Thanks to 50 years of hard work by the self-sufficient Savage and Cook families more than 8000 cattle thrive on Suplejack Downs on the edge of the Tanami Desert.
Story By Kerry Sharp
The generator cranks up just before sunrise on Suplejack Downs and an early bird in boots and jeans flicks on the kitchen fluoro. Soon, the kettle is boiling alongside big pots of porridge and free-range eggs from the backyard chooks. A new day begins for the Cook family on Australia’s most isolated cattle station.
The 18 current residents – Letty and Bill Cook, sons Rob, Brad and Cam and wives Sarah, Bec and Leza, seven of 20 Cook grandkids and three hired station hands – converge on the main homestead for breakfast. It’s a happy, hearty, noisy start to another long working day on this successful Northern Territory cattle-breeding property at the crossroads of arid Central Australia and the lower Victoria River District (VRD).
Suplejack’s 3823 square kilometres covers an alluring landscape of rolling hills and tablelands, open plains and floodout country. The property is interspersed with at least 22 identified protein grasses including nutritious Mitchell, Flinders and oat grass; assorted edible trees and shrubs including mulga, supplejack and whitewood; and abundant soft spinifex that Bill says is “one of the best feeds you can get for keeping cattle alive when you hit a dry year”. More than 8000 cattle thrive on this country on the edge of the Tanami Desert.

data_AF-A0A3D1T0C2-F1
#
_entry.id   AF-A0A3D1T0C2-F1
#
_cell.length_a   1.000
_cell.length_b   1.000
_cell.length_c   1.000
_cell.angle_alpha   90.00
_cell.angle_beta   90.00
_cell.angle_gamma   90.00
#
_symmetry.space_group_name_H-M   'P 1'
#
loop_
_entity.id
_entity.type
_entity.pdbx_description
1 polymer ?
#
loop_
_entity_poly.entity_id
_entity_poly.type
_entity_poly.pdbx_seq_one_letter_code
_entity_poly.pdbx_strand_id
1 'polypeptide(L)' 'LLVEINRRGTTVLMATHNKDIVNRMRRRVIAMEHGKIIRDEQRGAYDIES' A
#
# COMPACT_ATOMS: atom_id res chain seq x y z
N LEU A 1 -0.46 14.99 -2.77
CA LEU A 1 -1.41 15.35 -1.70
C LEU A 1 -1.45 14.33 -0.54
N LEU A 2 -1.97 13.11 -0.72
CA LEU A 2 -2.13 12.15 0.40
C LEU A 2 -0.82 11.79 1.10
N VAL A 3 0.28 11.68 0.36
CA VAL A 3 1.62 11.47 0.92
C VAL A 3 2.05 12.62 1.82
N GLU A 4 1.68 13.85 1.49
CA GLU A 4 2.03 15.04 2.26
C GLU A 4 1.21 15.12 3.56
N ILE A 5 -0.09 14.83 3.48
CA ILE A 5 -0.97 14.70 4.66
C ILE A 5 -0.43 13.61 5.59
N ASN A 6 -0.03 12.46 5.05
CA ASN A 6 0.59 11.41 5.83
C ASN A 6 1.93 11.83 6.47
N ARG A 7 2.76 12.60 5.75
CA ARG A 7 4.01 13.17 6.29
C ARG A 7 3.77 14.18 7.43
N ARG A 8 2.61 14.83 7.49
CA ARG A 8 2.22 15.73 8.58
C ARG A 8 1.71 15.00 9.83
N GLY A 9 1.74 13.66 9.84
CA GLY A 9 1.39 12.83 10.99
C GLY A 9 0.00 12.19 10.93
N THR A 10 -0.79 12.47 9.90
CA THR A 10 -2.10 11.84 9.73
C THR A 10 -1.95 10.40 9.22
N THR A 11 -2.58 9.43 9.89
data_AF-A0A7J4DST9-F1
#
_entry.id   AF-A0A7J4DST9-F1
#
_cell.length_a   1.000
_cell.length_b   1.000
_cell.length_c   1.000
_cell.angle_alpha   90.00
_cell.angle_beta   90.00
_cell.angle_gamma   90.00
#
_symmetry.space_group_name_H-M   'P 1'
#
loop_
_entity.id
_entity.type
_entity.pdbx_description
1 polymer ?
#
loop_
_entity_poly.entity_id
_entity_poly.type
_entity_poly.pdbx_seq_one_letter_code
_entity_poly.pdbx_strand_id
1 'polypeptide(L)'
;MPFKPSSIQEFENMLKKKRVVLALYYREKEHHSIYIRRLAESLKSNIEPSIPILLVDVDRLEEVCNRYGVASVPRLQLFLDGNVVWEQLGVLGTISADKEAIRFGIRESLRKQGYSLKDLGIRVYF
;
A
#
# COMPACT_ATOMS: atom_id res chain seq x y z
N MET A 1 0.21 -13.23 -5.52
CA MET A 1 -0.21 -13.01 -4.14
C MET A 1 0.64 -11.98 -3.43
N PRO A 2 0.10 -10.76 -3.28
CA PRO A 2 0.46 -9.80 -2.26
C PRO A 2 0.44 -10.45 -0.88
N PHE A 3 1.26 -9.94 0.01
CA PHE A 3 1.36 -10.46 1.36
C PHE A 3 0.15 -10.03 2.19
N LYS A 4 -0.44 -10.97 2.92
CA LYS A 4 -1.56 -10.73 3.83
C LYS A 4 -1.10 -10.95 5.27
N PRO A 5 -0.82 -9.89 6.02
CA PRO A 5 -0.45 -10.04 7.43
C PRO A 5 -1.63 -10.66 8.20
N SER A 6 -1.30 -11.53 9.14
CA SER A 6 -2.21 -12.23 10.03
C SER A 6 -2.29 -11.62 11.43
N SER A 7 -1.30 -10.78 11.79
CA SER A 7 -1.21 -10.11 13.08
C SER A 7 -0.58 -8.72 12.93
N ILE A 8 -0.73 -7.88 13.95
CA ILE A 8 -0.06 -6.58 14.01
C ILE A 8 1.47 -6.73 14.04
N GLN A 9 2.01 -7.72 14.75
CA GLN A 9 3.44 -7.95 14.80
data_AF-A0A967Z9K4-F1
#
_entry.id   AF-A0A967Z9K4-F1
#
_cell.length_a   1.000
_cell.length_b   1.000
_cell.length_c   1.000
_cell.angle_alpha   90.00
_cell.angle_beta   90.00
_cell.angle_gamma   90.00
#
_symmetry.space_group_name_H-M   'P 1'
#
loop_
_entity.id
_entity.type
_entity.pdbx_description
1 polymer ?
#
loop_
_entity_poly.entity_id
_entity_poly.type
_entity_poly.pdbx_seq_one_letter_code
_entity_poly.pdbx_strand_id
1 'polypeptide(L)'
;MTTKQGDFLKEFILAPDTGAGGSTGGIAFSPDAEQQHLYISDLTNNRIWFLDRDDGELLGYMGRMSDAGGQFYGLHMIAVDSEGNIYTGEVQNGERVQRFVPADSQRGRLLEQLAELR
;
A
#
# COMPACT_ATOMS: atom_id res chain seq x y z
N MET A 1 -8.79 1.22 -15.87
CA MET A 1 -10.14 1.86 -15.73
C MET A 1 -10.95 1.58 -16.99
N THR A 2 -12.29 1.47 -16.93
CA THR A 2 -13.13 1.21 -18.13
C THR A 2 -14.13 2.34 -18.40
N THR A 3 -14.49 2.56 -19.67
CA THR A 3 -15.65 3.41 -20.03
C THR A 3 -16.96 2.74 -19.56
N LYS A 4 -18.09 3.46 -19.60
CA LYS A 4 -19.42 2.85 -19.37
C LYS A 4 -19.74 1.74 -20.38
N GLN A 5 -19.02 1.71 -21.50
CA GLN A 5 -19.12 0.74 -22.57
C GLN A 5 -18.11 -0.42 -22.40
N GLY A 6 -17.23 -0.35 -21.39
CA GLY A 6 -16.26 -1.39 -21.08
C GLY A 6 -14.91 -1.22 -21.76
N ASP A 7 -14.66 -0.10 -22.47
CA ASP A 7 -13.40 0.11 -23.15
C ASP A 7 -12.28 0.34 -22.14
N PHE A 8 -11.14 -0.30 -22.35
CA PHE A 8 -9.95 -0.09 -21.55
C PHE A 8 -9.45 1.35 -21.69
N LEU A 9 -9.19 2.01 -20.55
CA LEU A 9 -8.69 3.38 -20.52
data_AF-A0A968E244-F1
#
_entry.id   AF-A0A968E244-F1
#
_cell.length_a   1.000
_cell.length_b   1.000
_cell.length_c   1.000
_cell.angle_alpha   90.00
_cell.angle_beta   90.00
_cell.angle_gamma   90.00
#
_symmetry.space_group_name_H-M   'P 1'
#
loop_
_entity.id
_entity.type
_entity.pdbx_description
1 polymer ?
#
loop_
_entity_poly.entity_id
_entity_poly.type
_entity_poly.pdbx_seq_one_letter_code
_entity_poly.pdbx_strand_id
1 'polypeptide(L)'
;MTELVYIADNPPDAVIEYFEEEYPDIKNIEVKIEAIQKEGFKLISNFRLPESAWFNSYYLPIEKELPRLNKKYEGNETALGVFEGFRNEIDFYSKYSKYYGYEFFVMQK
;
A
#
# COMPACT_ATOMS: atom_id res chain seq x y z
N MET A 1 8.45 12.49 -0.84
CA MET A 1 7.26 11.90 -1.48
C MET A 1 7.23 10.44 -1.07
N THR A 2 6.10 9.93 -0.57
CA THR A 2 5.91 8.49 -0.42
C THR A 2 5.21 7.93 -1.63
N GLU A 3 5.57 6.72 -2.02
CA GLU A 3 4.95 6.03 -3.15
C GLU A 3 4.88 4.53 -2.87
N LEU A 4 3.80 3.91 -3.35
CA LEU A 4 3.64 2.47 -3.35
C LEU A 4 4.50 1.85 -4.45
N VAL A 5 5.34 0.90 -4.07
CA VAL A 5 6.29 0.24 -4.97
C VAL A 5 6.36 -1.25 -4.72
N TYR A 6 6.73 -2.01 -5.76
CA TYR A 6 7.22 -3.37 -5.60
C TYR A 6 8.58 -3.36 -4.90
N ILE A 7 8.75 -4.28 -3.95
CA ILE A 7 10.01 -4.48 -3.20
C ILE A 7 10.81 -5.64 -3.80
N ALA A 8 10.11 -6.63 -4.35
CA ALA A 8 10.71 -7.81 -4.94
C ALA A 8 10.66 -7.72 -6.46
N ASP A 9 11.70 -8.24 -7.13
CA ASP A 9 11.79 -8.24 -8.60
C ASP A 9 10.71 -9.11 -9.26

With breakfast over, today’s priority is to distribute big drums of baited meat to help control the burgeoning numbers of wild dogs attacking the station’s vulnerable young calves. Government dog baiters John Burke and Tess Cooper are here to oversee the stringent official paperwork required and to inject 1080 poison into hundreds of chunks of feral horse meat cut up the day before.
“They seem to come in waves, these dogs,” Bill says. “If you can keep on top of them, they’re not that difficult to control, but when you get some of those old cunning dogs, they’re very hard to catch and they lead the younger ones and cause terrible damage to the calves.”
You know you’re heading into seriously remote country when you drive to Suplejack Downs – pioneered by Letty’s parents Bob and Lillian Savage in 1964 and named after a drought-resistant local vine tree. The station is 1000 kilometres from Darwin and as far west as you can go before crossing the Northern Territory/Western Australia border into the Kimberley.
This story excerpt is from Issue #86
Outback Magazine: Dec/Jan 2013